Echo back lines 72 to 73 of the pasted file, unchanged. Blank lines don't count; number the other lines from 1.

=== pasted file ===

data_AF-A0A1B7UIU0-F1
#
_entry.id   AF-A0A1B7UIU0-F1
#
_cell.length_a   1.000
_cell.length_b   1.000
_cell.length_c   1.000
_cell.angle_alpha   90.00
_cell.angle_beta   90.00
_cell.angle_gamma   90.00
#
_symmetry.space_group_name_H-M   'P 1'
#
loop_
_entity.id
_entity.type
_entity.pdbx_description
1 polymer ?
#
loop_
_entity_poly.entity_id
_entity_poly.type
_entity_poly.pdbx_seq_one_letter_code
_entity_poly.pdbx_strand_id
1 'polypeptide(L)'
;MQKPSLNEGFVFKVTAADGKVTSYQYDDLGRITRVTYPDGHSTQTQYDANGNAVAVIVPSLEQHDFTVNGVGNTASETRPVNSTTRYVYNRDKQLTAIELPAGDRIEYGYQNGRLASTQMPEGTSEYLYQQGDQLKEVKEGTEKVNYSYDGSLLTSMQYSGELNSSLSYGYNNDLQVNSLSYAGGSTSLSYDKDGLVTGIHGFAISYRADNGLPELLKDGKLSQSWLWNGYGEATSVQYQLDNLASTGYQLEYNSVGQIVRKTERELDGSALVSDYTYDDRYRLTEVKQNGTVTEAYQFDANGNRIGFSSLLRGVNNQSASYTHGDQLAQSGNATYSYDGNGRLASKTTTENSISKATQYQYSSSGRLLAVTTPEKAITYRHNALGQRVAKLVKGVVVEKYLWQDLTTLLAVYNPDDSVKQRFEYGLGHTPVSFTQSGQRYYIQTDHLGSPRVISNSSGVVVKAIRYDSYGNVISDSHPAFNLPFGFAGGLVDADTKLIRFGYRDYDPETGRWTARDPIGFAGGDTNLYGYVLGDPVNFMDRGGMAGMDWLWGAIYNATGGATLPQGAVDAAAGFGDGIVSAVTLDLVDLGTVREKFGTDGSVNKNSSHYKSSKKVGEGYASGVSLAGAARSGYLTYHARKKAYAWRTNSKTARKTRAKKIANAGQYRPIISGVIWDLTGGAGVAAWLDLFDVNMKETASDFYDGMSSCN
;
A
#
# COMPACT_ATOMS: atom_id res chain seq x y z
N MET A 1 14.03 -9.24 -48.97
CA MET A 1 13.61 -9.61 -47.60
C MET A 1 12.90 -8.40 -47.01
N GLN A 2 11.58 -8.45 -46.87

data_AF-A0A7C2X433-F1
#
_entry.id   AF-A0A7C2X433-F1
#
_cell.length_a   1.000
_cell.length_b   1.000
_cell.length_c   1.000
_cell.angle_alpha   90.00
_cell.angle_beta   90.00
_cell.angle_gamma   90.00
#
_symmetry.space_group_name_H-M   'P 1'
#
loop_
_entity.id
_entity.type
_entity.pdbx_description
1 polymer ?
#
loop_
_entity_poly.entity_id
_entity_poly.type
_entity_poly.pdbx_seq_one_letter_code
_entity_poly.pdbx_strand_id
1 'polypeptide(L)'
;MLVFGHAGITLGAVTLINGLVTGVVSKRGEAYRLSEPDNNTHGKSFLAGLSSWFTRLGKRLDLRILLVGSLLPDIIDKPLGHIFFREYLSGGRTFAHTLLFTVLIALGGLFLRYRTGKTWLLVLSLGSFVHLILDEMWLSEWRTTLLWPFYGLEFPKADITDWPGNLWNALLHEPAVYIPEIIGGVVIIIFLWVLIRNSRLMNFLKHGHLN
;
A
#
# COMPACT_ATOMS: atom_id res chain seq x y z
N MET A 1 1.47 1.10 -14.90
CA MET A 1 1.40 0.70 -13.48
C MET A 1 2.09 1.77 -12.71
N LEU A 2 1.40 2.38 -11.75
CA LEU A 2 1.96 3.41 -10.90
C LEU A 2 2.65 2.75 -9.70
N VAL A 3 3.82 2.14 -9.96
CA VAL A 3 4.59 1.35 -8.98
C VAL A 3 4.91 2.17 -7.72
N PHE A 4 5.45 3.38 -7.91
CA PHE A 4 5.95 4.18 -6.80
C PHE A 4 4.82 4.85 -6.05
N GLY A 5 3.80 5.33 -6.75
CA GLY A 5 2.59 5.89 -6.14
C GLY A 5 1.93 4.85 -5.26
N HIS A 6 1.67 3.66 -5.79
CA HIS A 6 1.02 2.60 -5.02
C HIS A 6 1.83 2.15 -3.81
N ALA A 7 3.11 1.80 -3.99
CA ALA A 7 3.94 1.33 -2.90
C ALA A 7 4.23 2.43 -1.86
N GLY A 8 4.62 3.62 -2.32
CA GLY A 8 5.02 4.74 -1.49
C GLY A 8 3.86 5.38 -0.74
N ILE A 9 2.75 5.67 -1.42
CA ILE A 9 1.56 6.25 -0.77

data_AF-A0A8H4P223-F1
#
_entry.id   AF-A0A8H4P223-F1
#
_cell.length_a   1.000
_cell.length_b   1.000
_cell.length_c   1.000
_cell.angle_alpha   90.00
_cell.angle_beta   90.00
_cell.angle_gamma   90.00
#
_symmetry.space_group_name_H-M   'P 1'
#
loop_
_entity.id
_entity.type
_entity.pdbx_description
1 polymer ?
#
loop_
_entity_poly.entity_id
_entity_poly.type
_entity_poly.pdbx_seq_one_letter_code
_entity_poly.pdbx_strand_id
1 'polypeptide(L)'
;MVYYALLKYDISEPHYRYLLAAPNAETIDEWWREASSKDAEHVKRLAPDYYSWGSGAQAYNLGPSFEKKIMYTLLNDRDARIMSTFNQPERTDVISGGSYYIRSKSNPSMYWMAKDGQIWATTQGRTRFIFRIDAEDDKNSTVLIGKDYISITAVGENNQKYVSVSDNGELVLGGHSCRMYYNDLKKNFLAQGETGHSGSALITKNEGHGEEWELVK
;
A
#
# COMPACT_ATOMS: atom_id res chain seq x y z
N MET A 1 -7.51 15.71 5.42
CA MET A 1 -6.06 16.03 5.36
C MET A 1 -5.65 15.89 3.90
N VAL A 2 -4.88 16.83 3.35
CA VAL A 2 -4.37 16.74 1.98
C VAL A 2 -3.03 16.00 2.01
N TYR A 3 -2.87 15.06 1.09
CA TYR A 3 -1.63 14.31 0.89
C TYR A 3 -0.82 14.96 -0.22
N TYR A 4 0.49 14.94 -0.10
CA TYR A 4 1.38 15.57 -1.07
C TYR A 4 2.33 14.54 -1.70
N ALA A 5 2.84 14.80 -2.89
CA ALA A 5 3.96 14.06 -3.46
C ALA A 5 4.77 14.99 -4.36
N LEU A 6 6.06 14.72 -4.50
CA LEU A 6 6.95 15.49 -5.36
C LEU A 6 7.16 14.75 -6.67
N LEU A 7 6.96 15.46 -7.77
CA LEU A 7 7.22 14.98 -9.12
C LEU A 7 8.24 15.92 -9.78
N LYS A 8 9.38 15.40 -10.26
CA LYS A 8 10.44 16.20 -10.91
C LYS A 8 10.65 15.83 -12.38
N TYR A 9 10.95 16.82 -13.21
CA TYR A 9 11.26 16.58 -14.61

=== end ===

CA VAL A 3 4.59 1.35 -8.98
C VAL A 3 4.91 2.17 -7.72